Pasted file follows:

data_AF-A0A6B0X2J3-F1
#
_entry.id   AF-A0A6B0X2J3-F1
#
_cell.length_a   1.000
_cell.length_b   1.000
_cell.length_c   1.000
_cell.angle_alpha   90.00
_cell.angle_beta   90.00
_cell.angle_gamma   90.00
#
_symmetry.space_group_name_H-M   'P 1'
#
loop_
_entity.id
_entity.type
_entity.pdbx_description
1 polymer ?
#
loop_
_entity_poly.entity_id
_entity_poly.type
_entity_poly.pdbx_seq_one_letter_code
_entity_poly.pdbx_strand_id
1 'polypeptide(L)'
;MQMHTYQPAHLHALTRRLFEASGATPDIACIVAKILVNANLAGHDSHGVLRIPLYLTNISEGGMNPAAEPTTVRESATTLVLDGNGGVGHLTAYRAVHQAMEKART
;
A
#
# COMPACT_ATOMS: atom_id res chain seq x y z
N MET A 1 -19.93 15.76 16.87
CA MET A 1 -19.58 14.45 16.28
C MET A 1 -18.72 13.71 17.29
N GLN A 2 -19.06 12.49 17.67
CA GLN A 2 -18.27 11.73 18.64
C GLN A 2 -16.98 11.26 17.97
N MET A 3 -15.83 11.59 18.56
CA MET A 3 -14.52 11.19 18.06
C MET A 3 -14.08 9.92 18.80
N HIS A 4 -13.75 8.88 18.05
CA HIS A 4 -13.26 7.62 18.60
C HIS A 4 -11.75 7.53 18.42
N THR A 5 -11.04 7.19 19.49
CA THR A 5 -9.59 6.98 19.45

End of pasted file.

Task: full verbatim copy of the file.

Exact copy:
data_AF-A0A6B0X2J3-F1
#
_entry.id   AF-A0A6B0X2J3-F1
#
_cell.length_a   1.000
_cell.length_b   1.000
_cell.length_c   1.000
_cell.angle_alpha   90.00
_cell.angle_beta   90.00
_cell.angle_gamma   90.00
#
_symmetry.space_group_name_H-M   'P 1'
#
loop_
_entity.id
_entity.type
_entity.pdbx_description
1 polymer ?
#
loop_
_entity_poly.entity_id
_entity_poly.type
_entity_poly.pdbx_seq_one_letter_code
_entity_poly.pdbx_strand_id
1 'polypeptide(L)'
;MQMHTYQPAHLHALTRRLFEASGATPDIACIVAKILVNANLAGHDSHGVLRIPLYLTNISEGGMNPAAEPTTVRESATTLVLDGNGGVGHLTAYRAVHQAMEKART
;
A
#
# COMPACT_ATOMS: atom_id res chain seq x y z
N MET A 1 -19.93 15.76 16.87
CA MET A 1 -19.58 14.45 16.28
C MET A 1 -18.72 13.71 17.29
N GLN A 2 -19.06 12.49 17.67
CA GLN A 2 -18.27 11.73 18.64
C GLN A 2 -16.98 11.26 17.97
N MET A 3 -15.83 11.59 18.56
CA MET A 3 -14.52 11.19 18.06
C MET A 3 -14.08 9.92 18.80
N HIS A 4 -13.75 8.88 18.05
CA HIS A 4 -13.26 7.62 18.60
C HIS A 4 -11.75 7.53 18.42
N THR A 5 -11.04 7.19 19.49
CA THR A 5 -9.59 6.98 19.45